The Evolution of Landscaping
It is believed that landscaping became popular during the Roman era. In fact, archaeologists uncovered evidence of Roman landscape gardens with mosaics and water fountains. However, during the middle ages, the art of landscaping got lost and emerged once again during the Renaissance period. This period witnessed some landscaping in Italy in the form of ornate villas and outdoor piazzas. It was in the 17th century France that the landscape architecture reached new heights in terms of sophisticated designs, such as Andre le Norte’s garden designs at Vaux-le-Vicomte and Versailles.
This influenced a new generation of landscapers, as William Kent, Lancelot ‘Capability’ Brown in the 18th century England. They created huge parks, remodeled grounds of Blenheim Palace, defied the geometric importance of the French architecture to imitate nature. The only exception was Sir Humphrey Repton who focused on the formal structure of landscape design while creating the Victoria Park (1845) in London and Birkenhead Park (1847) in Liverpool. These two parks influenced the landscape architecture in the US and Canada.
The term was coined by Gilbert Laing Meason when he used it as the title of his book ‘The Landscape Architecture of the Great Painters of Italy’ (1928). Though the book was about landscapes in paintings, the name started being used by professionals such as J.C. Loudon.
Though this profession slowly made inroads into North America, it was with Frederick law Olmsted, considered as the ‘Father of American Landscape Architecture’, that it really took off. He rejected the title ‘landscape gardener’ in favor of ‘landscape architect‘ as it described the profession better and the term was officially used in 1863. A pioneer and visionary, his works included designs of Central Park in New York and U.S. Capitol Grounds. His concept of the park was well-designed, functional, and there was ample green space amidst the gray buildings. And in 1899, an 11-member group established the American Society of Landscape Architects in New York. This society represented the architects throughout the U.S. In 1900, Frederick Law Olmsted Jr., son of Olmsted, took the first course in landscape architecture at the Harvard University.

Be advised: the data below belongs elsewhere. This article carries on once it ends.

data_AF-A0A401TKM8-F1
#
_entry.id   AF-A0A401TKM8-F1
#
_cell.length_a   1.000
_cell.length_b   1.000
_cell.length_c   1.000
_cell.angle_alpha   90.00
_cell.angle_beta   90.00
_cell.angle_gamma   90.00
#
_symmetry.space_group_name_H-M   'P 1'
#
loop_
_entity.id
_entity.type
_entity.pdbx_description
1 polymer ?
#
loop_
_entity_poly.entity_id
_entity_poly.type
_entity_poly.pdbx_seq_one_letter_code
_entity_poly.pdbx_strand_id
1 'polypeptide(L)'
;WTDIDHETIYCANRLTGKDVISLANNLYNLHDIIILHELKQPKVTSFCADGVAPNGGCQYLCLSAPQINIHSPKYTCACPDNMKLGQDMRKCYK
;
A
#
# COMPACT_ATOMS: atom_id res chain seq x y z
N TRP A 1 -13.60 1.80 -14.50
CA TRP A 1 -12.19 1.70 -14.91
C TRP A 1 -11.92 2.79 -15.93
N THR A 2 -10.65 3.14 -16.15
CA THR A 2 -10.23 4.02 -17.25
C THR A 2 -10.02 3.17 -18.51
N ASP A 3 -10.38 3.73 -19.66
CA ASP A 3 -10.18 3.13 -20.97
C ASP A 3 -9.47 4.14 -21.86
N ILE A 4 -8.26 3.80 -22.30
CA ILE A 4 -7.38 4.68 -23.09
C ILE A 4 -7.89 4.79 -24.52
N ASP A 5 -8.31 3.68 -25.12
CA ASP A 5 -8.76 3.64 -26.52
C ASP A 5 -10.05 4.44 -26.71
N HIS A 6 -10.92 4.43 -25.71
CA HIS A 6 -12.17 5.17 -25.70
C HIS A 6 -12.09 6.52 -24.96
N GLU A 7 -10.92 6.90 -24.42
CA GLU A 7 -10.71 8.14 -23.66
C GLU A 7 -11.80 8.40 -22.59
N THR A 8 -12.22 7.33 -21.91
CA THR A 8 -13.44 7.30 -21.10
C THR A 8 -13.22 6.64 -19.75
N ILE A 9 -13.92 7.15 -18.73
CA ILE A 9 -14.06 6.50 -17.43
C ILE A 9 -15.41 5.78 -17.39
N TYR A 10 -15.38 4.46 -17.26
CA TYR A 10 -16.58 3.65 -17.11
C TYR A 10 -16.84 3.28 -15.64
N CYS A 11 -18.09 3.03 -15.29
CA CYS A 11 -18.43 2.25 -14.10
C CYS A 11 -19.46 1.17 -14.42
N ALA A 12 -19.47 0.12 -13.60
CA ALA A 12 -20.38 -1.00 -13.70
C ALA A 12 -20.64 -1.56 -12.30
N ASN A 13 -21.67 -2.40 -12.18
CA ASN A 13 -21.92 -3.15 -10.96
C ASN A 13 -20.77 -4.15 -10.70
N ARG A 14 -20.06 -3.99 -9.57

The movement continued to influence the architecture of the city in the 20th century, such as expansion of L’Enfant Plan in 1901. Cleveland, Chicago, started using landscape architects to develop their urban parks and residence. Around 1920s, urban planning separated from landscape architecture by starting their own degree programs. Yet, landscape architecture continues to play a major role in urban planning and design.
Nowadays, landscape architecture is practiced widely in designing and planning garden and public spaces and also for small spaces and gardens.